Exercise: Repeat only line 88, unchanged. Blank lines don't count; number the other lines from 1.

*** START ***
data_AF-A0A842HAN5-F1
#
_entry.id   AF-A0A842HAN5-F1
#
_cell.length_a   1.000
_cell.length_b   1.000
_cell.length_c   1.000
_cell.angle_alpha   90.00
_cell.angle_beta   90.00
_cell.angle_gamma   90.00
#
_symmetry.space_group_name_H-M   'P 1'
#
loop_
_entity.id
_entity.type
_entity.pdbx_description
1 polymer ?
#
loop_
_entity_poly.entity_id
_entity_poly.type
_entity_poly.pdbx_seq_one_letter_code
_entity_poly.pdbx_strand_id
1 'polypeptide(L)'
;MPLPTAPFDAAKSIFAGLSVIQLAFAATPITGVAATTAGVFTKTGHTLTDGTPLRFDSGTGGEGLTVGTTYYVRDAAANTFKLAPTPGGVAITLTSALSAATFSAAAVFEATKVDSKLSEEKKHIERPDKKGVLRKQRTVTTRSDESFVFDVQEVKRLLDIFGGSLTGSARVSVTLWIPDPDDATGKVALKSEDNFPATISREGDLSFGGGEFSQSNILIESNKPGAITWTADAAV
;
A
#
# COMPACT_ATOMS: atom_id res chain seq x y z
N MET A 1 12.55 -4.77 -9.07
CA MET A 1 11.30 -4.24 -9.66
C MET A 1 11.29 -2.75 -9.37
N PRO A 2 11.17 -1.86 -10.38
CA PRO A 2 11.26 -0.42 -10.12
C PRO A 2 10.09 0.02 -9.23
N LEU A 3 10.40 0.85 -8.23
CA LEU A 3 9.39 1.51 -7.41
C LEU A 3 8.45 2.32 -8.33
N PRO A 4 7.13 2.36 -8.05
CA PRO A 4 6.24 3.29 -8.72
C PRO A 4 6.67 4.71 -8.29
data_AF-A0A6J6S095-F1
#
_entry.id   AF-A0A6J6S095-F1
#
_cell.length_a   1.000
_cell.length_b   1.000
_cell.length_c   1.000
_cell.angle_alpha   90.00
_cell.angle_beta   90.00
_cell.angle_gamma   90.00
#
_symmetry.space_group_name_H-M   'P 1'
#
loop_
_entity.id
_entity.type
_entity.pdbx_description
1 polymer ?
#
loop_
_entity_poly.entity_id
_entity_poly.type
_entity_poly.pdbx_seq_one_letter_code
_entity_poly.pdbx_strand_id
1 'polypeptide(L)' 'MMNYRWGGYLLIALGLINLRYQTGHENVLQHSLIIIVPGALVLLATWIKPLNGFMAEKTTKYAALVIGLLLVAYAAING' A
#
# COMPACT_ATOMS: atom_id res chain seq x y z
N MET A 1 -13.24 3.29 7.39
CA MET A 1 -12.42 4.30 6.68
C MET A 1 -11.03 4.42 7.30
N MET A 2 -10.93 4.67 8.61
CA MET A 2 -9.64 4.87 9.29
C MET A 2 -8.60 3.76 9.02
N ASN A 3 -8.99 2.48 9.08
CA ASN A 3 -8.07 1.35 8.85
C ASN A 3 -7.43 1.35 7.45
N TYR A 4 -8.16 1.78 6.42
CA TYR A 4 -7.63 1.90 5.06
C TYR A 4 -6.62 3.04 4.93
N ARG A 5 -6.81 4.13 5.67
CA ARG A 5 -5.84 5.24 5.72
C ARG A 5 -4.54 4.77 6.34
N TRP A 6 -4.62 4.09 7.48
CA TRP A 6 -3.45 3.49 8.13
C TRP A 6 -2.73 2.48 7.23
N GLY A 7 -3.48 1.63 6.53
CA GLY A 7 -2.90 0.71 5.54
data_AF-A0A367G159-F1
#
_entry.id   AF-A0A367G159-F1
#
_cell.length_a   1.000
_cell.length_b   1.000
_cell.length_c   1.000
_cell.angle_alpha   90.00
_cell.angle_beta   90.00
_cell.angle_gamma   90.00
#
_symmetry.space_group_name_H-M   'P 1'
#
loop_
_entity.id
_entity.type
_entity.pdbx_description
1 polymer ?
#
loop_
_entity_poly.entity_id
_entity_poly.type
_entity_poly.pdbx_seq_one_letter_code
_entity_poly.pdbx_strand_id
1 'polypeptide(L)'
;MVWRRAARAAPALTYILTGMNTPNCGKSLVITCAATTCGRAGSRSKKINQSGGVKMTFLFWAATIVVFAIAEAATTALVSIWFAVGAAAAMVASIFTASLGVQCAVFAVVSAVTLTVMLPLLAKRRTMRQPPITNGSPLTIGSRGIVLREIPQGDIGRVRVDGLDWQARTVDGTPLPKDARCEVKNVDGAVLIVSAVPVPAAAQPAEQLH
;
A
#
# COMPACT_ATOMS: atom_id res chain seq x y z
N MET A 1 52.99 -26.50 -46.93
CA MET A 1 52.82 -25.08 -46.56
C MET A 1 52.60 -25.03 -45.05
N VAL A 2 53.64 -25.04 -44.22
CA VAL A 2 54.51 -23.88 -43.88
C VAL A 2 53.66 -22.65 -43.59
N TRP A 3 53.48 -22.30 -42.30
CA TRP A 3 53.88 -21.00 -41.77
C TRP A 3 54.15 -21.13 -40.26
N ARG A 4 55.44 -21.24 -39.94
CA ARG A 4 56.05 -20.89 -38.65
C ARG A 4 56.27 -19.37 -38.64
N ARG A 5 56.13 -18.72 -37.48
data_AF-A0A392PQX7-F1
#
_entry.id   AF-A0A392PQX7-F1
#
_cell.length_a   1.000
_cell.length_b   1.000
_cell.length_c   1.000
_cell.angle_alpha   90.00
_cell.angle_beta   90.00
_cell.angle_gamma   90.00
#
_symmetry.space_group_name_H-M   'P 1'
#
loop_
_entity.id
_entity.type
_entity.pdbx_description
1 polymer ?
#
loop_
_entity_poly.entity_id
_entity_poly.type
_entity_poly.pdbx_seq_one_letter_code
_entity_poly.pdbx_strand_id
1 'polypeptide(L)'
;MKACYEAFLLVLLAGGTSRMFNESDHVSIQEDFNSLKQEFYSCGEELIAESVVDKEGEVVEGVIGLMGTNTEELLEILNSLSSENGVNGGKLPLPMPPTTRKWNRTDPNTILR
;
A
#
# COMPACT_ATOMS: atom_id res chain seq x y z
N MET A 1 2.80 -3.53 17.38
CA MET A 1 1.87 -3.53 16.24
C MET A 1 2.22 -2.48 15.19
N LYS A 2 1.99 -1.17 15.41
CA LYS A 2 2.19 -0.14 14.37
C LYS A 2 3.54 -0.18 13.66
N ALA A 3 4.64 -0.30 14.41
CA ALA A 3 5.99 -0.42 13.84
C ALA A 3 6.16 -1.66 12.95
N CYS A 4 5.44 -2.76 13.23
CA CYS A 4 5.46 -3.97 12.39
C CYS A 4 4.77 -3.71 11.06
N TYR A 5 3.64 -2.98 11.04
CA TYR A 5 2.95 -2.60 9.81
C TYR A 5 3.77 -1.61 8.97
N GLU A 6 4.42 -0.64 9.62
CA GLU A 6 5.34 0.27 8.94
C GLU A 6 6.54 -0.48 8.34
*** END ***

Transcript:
N GLY A 7 -3.48 1.63 6.53